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What Agreement Led To The Withdrawal Of Federal Troops From The South Answers.com

Some historians, such as Allan Peskin, argue that the assurances given to some Southern Democrats to prevent a Filibuster were not a compromise, but an obvious conclusion, because Tilden did not receive enough support. [8] Peskin admits that Woodward`s interpretation has been accepted almost everywhere in the quarter century since its publication. Since all the terms of the agreement were not respected, Peskin felt that in 1877 there was really no agreement between North and South. He also suggests that the Northern Democrats were more important than those in the South in eliminating the Filibuster. Samuel J. Randall (D-Pennsylvania), for example, was the speaker of the House of Representatives and prevented the Filibuster. He was more interested in abandoning the government of the radical states in Louisiana than in all the southern railroads. [8] Regardless of what happened on the site, formally speaking, the 1876 election was not decided by such laws, but by the official vote of Congress to accept the recommendations of the electoral commission that they themselves had put in place to get out of the election outcome. When the commission was created, it was expected that its decisions would be accepted by Congress. It was only when some Democrats disagreed with the Commission`s decisions in favour of Hayes that these regulations were compromised. This Democratic group has threatened a filibuster (including Republicans and the Democratic leadership of Congress) that would prevent the agreed vote. Discussions on the points of the so-called compromise were aimed at persuading the main Democrats to accept a filibuster.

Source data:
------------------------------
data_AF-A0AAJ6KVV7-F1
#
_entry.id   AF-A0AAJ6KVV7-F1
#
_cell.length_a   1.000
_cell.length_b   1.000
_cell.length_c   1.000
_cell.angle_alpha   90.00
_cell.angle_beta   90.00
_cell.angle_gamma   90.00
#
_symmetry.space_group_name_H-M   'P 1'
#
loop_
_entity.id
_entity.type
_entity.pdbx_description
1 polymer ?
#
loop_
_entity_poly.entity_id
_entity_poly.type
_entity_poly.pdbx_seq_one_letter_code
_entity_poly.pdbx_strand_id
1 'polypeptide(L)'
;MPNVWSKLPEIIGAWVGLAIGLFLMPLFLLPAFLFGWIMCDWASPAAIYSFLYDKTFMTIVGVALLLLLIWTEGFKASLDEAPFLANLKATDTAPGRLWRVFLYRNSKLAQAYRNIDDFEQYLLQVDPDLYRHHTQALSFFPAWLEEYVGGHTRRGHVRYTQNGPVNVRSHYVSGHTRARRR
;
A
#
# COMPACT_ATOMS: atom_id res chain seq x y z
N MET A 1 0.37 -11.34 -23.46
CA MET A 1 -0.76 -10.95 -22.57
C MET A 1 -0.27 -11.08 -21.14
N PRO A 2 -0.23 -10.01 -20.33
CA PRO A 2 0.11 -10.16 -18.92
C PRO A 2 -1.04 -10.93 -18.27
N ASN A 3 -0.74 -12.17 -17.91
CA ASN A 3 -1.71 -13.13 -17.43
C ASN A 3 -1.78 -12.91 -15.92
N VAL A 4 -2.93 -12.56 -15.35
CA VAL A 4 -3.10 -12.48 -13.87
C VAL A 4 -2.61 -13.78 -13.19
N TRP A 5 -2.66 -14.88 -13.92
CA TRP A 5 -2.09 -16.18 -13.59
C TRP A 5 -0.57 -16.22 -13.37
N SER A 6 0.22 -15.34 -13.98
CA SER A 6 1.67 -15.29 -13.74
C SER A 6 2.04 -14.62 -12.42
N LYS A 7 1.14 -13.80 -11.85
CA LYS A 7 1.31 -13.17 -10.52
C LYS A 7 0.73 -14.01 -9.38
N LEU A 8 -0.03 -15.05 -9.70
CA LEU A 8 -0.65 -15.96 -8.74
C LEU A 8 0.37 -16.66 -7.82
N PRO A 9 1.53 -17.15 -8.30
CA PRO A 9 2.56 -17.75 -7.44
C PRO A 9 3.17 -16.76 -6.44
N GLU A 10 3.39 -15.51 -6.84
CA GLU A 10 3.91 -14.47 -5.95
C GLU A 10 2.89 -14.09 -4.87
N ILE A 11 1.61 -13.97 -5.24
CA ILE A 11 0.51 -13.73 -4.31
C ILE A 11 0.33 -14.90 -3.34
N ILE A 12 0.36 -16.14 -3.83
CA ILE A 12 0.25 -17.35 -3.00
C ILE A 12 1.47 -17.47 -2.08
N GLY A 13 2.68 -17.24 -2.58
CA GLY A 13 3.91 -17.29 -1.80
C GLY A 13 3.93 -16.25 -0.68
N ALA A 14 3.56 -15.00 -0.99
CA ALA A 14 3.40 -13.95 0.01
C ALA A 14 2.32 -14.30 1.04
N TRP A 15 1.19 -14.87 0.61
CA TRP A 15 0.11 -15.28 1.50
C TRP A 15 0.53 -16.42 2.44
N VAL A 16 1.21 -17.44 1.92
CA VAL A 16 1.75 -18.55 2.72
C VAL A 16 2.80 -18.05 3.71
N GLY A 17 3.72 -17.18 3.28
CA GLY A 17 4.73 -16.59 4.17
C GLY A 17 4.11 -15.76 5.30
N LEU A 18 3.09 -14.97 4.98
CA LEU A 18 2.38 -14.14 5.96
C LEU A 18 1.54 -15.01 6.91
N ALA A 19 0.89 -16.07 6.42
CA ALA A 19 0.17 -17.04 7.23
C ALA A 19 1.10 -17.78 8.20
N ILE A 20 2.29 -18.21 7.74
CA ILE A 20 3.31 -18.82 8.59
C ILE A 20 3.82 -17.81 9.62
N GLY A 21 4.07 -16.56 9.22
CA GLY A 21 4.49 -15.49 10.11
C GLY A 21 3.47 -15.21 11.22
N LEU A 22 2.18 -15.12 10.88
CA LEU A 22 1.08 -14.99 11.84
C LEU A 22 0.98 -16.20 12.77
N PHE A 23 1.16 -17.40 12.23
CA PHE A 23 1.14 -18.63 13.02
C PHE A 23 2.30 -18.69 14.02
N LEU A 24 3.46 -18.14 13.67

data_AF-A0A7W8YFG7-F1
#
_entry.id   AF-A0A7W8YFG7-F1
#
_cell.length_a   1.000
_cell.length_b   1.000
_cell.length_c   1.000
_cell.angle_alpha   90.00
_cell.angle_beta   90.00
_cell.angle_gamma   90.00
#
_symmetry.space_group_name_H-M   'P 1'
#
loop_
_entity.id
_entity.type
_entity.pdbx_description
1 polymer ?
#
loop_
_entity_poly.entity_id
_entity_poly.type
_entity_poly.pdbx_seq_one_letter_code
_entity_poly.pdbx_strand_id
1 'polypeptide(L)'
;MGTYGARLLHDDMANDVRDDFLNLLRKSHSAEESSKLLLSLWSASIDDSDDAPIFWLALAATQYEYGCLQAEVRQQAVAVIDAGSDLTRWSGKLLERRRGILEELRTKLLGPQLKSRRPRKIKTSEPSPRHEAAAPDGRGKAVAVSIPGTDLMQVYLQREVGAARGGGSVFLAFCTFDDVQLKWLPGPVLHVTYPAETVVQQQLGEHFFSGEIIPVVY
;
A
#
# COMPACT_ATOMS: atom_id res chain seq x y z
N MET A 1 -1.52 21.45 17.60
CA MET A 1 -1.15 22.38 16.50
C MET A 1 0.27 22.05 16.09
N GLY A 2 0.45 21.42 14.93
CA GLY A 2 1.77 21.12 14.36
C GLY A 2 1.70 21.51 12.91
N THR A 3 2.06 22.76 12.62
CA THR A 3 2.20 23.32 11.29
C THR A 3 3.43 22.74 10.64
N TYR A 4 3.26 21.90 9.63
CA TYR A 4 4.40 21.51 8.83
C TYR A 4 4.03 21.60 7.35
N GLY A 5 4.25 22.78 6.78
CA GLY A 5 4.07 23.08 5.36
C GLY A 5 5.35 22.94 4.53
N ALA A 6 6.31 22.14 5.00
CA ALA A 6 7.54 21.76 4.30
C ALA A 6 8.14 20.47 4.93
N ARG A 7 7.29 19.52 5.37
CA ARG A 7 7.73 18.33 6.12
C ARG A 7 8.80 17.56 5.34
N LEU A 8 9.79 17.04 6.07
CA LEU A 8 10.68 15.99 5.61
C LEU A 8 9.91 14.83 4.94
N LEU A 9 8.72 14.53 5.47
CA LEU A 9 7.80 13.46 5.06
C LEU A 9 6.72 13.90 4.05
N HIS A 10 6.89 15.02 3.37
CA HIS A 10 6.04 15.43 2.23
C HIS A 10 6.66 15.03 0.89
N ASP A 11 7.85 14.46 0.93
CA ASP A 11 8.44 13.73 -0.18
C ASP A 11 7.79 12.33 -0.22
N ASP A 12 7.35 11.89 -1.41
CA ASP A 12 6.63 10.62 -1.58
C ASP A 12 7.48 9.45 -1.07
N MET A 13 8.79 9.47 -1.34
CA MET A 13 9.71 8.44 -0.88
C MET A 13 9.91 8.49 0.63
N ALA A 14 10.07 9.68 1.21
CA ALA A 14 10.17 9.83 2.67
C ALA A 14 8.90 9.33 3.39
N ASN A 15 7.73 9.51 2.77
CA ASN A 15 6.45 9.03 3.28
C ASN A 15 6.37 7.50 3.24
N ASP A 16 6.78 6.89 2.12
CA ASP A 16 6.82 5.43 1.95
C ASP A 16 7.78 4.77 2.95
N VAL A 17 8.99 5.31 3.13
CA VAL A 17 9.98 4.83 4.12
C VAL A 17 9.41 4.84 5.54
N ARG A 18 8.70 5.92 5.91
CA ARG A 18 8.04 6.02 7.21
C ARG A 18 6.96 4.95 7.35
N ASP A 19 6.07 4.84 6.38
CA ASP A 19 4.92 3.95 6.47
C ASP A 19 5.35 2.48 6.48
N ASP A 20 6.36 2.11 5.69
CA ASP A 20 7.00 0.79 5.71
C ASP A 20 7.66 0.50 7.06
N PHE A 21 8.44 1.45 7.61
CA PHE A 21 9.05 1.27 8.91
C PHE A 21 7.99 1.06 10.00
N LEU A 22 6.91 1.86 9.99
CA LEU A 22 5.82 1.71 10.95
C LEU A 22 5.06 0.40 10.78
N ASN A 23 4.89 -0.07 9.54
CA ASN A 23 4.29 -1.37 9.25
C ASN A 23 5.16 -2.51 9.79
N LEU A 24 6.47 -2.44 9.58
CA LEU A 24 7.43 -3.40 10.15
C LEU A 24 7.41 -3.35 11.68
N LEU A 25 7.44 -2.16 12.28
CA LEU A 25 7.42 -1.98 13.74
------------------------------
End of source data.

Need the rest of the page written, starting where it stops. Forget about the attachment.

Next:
The threat of a filibuster – a measure used by a minority to prevent a vote – already indicates that there have already been enough votes in favour of adopting the Commission`s recommendations. [11] Immediately after the presidential elections of 1876, it became clear that the outcome of the race depended largely on the controversial returns of Florida, Louisiana and South Carolina – the only three southern states where Republican governments of the reconstruction era were still in power. In early 1877, when a bipartisan congressional committee debated the result, allies of Republican candidate Rutherford Hayes secretly met with moderate Southern Democrats to negotiate the passage of Hayes` election. Democrats agreed not to block Hayes` victory on condition that Republicans withdraw all federal troops from the South and consolidate democratic control of the region. Following the compromise of 1877 (or compromise of 1876), Florida, Louisiana and South Carolina became democratic again, ending the era of reconstruction.